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We have a batch file that invokes our MSBuild-based build process. Syntax:

build App Target [ Additional MSBuild Arguments ]

Internally, it does this:

msbuild.exe %1.msbuild /t:%2 %3 %4 %5 %6 %7 %8 %9

Which results in calls to MSBuild that look like this:

msbuild.exe App.msbuild /t:Target

When any argument contains the equal sign, =, Powershell completely removes it. My batch script never sees it. This does not happen with the standard cmd.exe command prompt.

For example, if I call

build App Target "/p:Property=Value"

this is what gets passed to MSBuild:

msbuild.exe App.msmbuild /t:Target /p:Property Value

I expected this:

msbuild.exe App.msbuild /t:Target "/p:Property=Value"

I've tried the Powershell escape character, the standard Command Prompt escape character, and even stuff I made up:

build App Target "/p:Property=Value"
build App Target '/p:Property=Value'
build App Target /p:Property^=Value
build App Target /p:Property`=Value
build App Target /p:Property==Value

None of it works. What do I do to get the equal sign to not be stripped out or removed?

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5 Answers 5

up vote 10 down vote accepted

I've seen this before and have found a way to trick it out. I wish I could explain what's going on in particular with the '=' but I cannot. In your situation I'm fairly certain the following will work if you want to pass properties to msbuild:

build App Target '"/p:Property=Value"' 

When echoed, this produces the following:

msbuild.exe App.msbuild /t:Target "/p:Property=Value"
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That worked! I thought I tried that combination, but I guess I just tried only single quotes, not single quotes around double quotes. Powershell can be quite strange sometimes. –  Aaron Jensen Feb 9 '11 at 14:57
1  
The problem is that PowerShell does not quote the arguments when passed to executables. So even though PowerShell knows that "/p:Property=Value" is one string, it passes it without quotes. This can cause executables to not see it as one argument. I had the same problem with include quotes in an argument, and I had to \ escape them. –  JasonMArcher Feb 11 '11 at 20:04
    
@jasonmarcher: Agreed, but this seemed to be unique with the '=' as escaping it made no difference. Give it a try and you'll see. –  Scott Saad Feb 11 '11 at 20:31
    
The quoting is the issue, I'm completely agreeing with you. –  JasonMArcher Feb 11 '11 at 22:39
    
After re-reading your comment, I see what you mean. Sorry, my misunderstanding. :) –  Scott Saad Feb 11 '11 at 22:43

With PowerShell 3 you can use --% to stop the normal parsing powershell does.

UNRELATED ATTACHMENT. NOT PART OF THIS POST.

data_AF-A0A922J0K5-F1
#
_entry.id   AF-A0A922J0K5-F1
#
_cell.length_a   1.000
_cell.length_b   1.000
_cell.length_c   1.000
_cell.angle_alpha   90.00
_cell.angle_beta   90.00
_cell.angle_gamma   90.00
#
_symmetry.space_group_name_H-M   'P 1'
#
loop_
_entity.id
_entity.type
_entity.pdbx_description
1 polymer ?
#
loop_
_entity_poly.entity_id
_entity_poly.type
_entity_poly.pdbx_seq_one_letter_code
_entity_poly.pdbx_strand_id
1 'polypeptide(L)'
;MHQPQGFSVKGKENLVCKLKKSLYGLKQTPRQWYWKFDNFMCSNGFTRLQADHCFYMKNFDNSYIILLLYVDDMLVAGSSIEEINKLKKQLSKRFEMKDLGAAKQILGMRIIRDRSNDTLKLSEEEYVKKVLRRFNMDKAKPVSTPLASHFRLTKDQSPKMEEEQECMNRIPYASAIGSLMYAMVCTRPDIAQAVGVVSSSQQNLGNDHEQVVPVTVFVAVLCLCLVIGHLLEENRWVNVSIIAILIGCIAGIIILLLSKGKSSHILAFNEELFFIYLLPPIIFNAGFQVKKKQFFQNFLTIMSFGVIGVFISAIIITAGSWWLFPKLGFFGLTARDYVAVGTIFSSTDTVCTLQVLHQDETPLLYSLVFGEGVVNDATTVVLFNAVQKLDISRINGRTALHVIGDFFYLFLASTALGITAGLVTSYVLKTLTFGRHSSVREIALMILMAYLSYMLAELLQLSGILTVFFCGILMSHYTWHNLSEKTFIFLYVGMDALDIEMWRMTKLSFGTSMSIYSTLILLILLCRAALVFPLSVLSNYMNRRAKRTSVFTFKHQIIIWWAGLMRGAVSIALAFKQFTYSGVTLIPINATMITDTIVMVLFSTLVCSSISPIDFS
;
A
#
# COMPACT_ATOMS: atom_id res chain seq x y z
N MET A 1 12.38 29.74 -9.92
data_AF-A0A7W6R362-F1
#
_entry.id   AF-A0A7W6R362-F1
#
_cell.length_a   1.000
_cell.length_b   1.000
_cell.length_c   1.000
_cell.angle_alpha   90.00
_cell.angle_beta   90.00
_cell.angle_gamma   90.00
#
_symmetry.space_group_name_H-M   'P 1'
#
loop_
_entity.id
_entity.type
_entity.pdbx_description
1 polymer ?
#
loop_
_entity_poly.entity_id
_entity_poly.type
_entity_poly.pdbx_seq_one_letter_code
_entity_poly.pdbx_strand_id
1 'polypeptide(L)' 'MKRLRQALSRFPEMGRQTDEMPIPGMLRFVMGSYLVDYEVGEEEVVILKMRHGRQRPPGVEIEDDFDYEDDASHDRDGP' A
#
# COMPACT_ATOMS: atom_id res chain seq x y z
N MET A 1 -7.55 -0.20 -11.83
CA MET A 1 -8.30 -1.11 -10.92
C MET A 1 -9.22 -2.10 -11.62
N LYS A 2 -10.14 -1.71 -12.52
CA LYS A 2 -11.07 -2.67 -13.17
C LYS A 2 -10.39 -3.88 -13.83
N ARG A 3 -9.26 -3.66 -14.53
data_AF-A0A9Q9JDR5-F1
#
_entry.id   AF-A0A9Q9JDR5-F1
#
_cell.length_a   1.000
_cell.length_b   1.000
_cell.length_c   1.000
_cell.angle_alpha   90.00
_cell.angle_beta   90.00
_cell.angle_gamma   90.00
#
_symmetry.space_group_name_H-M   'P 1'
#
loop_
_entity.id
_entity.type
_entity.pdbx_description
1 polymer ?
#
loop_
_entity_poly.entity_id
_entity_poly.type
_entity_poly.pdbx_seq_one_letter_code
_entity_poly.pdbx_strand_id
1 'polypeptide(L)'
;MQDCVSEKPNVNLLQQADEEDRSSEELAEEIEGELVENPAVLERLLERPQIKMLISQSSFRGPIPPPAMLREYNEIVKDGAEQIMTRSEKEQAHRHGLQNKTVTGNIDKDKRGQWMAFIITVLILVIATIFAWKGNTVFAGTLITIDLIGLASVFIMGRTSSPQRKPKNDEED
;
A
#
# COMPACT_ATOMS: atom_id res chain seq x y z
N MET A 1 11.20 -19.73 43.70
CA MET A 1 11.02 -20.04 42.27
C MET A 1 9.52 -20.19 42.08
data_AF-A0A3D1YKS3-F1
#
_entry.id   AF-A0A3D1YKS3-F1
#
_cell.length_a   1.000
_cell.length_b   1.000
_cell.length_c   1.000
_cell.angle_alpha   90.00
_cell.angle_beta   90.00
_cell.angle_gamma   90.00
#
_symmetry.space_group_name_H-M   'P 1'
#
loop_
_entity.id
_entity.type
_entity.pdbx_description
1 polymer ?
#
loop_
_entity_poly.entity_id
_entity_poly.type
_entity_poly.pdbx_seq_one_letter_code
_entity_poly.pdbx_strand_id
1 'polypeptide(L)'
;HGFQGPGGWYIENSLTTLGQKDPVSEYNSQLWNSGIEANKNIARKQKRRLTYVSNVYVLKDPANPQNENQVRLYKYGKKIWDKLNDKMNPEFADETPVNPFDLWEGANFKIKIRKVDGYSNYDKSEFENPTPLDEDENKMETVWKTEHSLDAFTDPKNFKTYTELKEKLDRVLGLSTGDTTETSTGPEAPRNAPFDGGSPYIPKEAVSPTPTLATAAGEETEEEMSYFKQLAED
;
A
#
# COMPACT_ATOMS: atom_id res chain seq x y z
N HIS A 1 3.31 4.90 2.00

build --% App Target "/p:Property=Value"
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I don't know if there's an easier answer (I think not) but you can solve the problem by using .Net's process class to invoke cmd.exe. Here's an example:

# use .NET Process class to run a batch file, passing it an argument that contains an equals sign. 
# This test script assumes the existence of a batch file "c:\temp\test.bat"
# that has this content:
#      echo %1
#      pause
$cmdLine =  $cmdLine =  '/c c:\temp\test.bat "x=1"'
$procStartInfo =  new-object System.Diagnostics.ProcessStartInfo("cmd", $cmdLine )
$proc = new-object System.Diagnostics.Process
$proc.StartInfo = $procStartInfo
$proc.Start();
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This won't work. Invoking the batch file has to be a one line operation, as outlined in my question. –  Aaron Jensen Feb 9 '11 at 3:00
    
Well, you could make it a function, then it could be a one-liner. But I hope scott's answer wroks. –  Elroy Flynn Feb 9 '11 at 3:50

Have you tried single quotes to force a literal interpretation?

Or: cmd /c 'msbuild.exe App.msbuild /t:Target "/p:Property=Value"'

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Yes. I've updated my question to show the single quotes. –  Aaron Jensen Feb 9 '11 at 2:59
    
Invoking a batch file will drop the = sign too, though in this case enclosing in quotes is sufficient to preserve it. –  yoyo May 10 '12 at 0:22

It seems that only single-quote around double-quote might be the best for multiple scenario around windows environment. Following link from MS shows its support(or limitation) of equal sign http://support.microsoft.com/kb/35938 It is specific to Batch Files but it likely affect lots of other MS shell products.

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While this link may answer the question, it is better to include the essential parts of the answer here and provide the link for reference. Link-only answers can become invalid if the linked page changes. –  Gerard de Visser Oct 4 at 16:32

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